First Solar reported a bumper quarter during Q2 by most metrics. The company’s net sales of $585 million were nearly double the previous year, on shipments 1.4 GW of product – the most in its history. Additionally, First Solar booked more than 2.1 GW of orders in July alone, a very positive start to Q3.
First solar also reported a $8.6 million operating loss and a net loss of $19 million, which during the Q2 results call CEO Mark Widmar blamed mostly on “increased variable compensation expense associated with the company’s short-term and long-term incentive plans, and increased tax expense”. However, First Solar is predicting increased profitability as more plants come online.
Over the course of 2019 First Solar is estimating around $125 million in start-up and ramping expenses, as part of $650-$750 million in capital expenditures, and when most of this is over it should be enough to propel the company clearly into the black. Add to this higher volumes of production, marginally higher efficiencies and other factors, and First Solar is predicting that cost per watt for its Series 6 will fall 30% from Q1 to Q4.
And along with incremental improvement in its factories as they ramp, more production is coming. Following a fleet-wide retooling, First Solar is currently making product in four factories – its original factory in Perrysburg, Ohio, the massive Kulim plant in Malaysia, and twin factories in Vietnam. The company’s new 1.2 GW factory in Lake Township, Ohio saw tools installed in June, and First Solar expects the first production in 2020.
Even without the new Ohio factory, First Solar is expecting to ship 5.4 – 5.6 GW of modules over the course of 2019.
Competing with China
But First Solar’s race to reduce costs isn’t happening in a vacuum. The company broke with Solar Energy Industries Association (SEIA) in its stance over the Section 201 tariffs, as it struggles to compete with the ever-diminishing cost of imports from China.
Those imports got a big boost with the Trump Administration exempting bifacial modules from the Section tariffs in June, a move which Widmar said “introduces uncertainty” for First Solar.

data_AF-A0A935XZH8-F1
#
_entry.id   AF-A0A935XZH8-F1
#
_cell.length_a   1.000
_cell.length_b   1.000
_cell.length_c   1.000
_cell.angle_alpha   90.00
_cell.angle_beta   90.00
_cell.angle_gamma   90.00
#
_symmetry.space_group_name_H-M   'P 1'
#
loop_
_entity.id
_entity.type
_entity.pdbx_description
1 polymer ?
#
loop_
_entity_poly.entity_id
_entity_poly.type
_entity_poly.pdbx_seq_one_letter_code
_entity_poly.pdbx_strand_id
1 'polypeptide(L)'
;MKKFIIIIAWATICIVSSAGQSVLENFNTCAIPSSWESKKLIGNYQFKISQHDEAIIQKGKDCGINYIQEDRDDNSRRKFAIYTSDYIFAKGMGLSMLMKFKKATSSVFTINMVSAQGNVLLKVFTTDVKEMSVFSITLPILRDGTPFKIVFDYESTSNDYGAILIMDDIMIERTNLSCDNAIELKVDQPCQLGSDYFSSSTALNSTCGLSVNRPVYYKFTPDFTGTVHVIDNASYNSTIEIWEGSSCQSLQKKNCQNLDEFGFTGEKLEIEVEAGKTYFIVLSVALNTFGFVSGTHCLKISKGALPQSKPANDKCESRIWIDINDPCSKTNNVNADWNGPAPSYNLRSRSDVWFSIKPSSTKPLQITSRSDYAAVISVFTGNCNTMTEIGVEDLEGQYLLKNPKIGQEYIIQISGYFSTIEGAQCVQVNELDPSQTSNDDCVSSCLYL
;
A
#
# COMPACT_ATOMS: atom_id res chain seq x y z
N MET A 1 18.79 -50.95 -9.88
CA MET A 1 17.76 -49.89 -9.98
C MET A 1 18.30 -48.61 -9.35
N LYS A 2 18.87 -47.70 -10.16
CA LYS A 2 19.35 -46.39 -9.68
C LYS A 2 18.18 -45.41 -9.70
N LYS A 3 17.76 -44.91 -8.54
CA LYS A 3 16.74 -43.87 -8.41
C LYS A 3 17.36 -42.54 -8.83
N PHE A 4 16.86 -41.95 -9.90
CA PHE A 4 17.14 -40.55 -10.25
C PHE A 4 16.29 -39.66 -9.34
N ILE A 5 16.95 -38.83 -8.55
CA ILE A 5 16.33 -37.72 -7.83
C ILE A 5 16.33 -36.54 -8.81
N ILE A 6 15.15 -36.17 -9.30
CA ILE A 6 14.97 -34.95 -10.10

It’s important to note that the disappointing decision which in our view has the effect of undermining the administration’s efforts to secure a level playing field for U.S. solar manufacturing introduces a new source of uncertainty going forward.
However, Widmar also says that he is happy with the company’s cost per watt reductions in the first half of the year, but that the company is still working on reducing costs during the second half of 2019. For this, Widmar notes that there is “no one silver bullet”, but also says that the company expects a significant reduction of labor costs once it no longer has to pay for the cost of fast production ramps.
However, Widmar has also stated that he expected to be able to ramp the new Ohio factory in a “environment that wouldn’t be under siege by a flood of imports”, which has now changed.
First Solar is still essentially sold out for the next two years, and still is in an enviable financial position, with a compelling product and significant economies of scale, which makes it one of the only U.S. module makers that has been able to hold out against the juggernaut of Chinese solar manufacturing. But it remains to be seen if those factors will be enough in late 2021 and 2022.